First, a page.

Hi, CloudyFalls -
When I read what you write, I see a loving, vulnerable, and forgiving person. Most of us, I suspect, were that way as kids being abused. Those qualities tend to have enabled our abusers' access to us. Many of us have retained those qualities - like you and me. Maybe we saw our abusers and decided - in the simple binary child's perspective - that it was better to be vulnerable and victimized than to be abusive and predatory. But there is a flip-side. As painful as the situation you describe may be, you have far more admirable human qualities than Curtis. You can forgive. You can be honest about your feelings. You can give love. You have the courage to be vulnerable. You may see those qualities as a collective weakness, and in a sense that is true. But it is also true that those very same qualities are where your strengths lie. It is quite simply who you are and unlikely to change.
And so you ask how you get better. I used to ask that of myself. After years of asking what seemed an unanswerable question, I finally realized that it was the wrong question all together. The right question was: "Who am I after all this?" Discovering the answer - taking that journey - allowed me to address most of my other challenges.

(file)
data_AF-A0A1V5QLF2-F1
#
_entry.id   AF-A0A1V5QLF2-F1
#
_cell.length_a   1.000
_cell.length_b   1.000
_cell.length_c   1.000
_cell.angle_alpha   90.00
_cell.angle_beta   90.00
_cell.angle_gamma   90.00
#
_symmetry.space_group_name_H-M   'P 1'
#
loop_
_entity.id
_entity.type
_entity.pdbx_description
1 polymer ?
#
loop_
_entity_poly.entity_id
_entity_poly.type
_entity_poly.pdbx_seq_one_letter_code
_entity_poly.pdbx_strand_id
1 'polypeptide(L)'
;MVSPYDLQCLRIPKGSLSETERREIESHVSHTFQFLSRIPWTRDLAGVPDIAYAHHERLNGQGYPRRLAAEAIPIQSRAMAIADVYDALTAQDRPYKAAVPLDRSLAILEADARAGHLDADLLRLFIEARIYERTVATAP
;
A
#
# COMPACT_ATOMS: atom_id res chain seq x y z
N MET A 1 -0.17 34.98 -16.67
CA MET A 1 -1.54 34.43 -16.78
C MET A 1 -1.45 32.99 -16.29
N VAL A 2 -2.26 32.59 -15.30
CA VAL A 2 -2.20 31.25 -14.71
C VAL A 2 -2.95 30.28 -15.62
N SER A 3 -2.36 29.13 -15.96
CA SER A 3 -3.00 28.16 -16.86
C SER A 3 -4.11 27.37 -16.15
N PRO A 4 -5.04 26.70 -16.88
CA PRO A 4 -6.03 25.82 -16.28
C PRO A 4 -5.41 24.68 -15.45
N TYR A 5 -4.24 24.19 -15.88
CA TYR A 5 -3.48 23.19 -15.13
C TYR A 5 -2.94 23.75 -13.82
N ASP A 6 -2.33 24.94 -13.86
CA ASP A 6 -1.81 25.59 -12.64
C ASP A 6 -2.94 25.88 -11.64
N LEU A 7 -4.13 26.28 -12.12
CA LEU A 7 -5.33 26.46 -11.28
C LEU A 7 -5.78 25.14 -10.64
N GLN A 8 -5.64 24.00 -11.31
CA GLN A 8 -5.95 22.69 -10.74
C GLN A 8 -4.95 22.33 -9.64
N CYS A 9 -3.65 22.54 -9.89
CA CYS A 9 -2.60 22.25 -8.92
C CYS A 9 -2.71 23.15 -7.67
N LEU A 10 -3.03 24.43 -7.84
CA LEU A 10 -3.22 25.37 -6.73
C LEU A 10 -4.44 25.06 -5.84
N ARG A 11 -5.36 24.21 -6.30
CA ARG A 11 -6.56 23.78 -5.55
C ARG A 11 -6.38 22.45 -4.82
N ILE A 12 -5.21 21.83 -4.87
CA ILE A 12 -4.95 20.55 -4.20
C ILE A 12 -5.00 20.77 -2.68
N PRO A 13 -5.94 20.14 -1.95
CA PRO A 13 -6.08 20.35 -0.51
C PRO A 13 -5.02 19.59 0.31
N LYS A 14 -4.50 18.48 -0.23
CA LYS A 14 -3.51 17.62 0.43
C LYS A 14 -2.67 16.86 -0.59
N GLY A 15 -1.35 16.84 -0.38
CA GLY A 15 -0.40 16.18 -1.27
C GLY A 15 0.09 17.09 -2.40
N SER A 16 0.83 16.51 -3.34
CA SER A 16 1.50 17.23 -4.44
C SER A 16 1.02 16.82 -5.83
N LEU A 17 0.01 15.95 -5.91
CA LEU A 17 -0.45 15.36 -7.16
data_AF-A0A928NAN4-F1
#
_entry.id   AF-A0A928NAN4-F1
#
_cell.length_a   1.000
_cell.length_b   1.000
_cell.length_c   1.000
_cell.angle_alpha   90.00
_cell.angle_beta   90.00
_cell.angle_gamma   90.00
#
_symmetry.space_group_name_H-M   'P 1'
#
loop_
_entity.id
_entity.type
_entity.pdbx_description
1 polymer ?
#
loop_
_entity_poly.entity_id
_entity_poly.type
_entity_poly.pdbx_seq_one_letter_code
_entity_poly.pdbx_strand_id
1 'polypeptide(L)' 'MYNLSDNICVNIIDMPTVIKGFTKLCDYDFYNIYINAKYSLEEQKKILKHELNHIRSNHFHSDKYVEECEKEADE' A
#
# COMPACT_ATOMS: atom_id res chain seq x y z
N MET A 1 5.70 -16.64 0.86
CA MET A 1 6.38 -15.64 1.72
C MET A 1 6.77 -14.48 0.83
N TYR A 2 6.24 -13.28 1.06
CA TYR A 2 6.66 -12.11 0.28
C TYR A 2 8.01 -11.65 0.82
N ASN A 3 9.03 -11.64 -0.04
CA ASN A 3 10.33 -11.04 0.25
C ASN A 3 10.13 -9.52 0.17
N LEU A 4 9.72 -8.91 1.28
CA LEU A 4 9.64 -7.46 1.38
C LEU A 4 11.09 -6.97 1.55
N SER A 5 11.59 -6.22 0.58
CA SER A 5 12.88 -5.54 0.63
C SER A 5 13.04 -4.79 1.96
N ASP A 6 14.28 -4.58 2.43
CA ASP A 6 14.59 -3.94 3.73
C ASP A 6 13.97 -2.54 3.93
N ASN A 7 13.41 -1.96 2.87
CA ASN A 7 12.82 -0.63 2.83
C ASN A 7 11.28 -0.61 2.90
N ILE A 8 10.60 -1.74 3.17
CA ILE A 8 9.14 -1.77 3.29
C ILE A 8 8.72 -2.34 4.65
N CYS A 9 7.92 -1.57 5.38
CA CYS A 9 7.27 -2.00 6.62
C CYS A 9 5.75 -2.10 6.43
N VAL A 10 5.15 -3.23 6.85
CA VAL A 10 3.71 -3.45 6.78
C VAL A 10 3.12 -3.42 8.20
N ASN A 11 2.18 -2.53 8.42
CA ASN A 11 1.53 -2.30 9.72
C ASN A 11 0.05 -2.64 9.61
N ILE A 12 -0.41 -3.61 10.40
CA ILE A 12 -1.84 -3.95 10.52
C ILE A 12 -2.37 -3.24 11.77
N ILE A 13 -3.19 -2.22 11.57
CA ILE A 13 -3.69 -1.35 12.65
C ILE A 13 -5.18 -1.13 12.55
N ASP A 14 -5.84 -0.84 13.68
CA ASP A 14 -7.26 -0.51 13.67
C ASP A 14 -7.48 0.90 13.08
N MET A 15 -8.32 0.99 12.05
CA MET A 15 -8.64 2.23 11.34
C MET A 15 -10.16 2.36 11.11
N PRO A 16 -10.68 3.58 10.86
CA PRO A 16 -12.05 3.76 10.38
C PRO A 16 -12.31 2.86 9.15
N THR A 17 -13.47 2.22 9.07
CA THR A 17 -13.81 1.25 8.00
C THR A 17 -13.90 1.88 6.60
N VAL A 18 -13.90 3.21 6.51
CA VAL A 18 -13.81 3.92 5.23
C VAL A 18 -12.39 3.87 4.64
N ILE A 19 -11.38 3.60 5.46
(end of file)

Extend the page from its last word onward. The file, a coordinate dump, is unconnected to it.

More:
You sound like a wonderful person who has emerged from events so dark that many survivors grew up knowing only how to hurt themselves and others around them. Some didn't even get to be "survivors" and died by their own will or at their abuser's hands. What made all the difference for me at least was to finally embrace who I DID become, to accept myself for who I had to become and for who I am today. Once I stopped trying to run away from myself, so many things in my life fell into place. I don't know if that will help you, but it is what I have to share. Your journey and your questions are similar to the ones I have experienced myself.